The personalities matter a great deal — I think it’s nice to live with people who enjoy your child, have experience with kids, are happy to hold/play with him or her for a few minutes. But I would not expect your housemates to be babysitters unless they offer. Just having other people around is an enormous relief, though, because early parenting can be very isolating, especially for whoever is at home all day with the newborn. Just having someone who can hold the baby for 5 minutes if you’re at wits end, or just need to go to the bathroom is very helpful.

    YOu have to be mindful of how much space you use in the common area for baby gear and toys (that crap can really build up!) — our roommates don’t mind the toys, but we did decide that changing table, and other large furniture all have to be in our private space.

    I’d be happy to talk more with you about this. I love living with my housemates and my son — my housemates are all warm, loving people who enjoy kids and they actually contribute a lot to my parenting style by demonstrating different ways to interact or giving me their perspectives. For us there really haven’t been a lot of down sides. But I do think we’ve been very lucky in the composition of our household and also in the physical set up. Good luck and congrats!

  9. Oh! I forgot to mention! I think this environment is really wonderful for my son. He loves our housemates and so enjoys having lots of adult attention, especially when his parents are exhausted. And learns lots of cool stuff from them that his father and I don’t have the talents/skills to share.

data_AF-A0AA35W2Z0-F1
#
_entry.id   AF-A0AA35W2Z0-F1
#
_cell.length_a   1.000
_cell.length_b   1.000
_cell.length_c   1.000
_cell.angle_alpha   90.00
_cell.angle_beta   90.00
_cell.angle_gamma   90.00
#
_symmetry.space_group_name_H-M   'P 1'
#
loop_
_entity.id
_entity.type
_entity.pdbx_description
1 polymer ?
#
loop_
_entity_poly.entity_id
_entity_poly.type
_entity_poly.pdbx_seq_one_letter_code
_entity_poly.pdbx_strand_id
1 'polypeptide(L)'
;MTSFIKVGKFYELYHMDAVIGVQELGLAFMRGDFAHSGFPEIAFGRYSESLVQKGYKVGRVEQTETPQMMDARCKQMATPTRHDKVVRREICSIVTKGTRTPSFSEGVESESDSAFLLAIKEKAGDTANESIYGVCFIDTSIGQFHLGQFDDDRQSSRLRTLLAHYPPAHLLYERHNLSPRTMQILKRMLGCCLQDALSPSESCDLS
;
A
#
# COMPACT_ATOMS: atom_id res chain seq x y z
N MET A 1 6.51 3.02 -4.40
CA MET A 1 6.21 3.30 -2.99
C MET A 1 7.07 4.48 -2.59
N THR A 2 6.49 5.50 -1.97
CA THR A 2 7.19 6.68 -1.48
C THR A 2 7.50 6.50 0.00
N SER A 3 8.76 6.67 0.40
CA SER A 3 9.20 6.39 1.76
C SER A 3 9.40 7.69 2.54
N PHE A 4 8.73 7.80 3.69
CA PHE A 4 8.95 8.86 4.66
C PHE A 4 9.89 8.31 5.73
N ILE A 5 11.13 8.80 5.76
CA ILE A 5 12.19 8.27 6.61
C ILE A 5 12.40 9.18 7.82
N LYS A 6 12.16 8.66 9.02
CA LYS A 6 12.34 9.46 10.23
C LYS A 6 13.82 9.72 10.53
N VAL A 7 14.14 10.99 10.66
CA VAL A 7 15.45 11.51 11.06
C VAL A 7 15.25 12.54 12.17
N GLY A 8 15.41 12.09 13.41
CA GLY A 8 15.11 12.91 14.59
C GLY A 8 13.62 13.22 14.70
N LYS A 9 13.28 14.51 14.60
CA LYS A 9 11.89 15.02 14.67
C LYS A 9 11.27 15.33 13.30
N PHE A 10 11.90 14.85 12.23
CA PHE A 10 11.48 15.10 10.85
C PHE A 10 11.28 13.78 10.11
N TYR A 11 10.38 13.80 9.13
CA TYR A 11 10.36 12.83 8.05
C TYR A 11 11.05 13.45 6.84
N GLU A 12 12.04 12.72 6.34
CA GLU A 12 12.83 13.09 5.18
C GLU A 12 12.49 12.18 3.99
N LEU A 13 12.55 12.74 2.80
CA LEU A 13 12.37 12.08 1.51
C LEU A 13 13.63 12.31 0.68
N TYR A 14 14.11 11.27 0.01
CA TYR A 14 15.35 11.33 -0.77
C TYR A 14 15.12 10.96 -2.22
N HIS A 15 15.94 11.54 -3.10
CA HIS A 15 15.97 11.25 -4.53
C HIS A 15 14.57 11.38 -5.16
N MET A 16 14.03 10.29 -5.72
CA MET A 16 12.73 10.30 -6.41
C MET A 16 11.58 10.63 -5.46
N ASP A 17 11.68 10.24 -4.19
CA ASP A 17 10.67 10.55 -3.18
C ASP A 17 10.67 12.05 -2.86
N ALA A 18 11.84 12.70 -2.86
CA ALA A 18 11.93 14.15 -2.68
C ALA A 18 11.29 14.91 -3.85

10. I am not a parent nor have I ever been a roommate in this situation, but I was the kid, so I’ll just share from that experience…

    I loved it. When I was first born my parents originally moved out on their own in a little house all to ourselves. When my parents separated, my godmother moved in with my mother and I and there were also roommates at my papa’s house around the corner. We moved a lot but the people were the constant, and the people were truly my anchor. As I grew up, teachers always commented that I was such a thoughtful kid, that I knew how to communicate really well with adults and I attribute this to the community of people who raised me to think for myself, challenge adults without getting everything I wanted, and never abandoned me, or lost sight of me, even when I lost sight of myself.

    If you have the right group of people surrounding you as you raise this child, you can truly provide a village to raise them, and a village may be better than just two. Just make sure that your philosophies align similarly enough that you trust them to be the substitute parents. My parents trusted their friends and now I call them all my family. At 23, thinking about kids of my own, I hope we are lucky enough to have the amazing community I grew up with.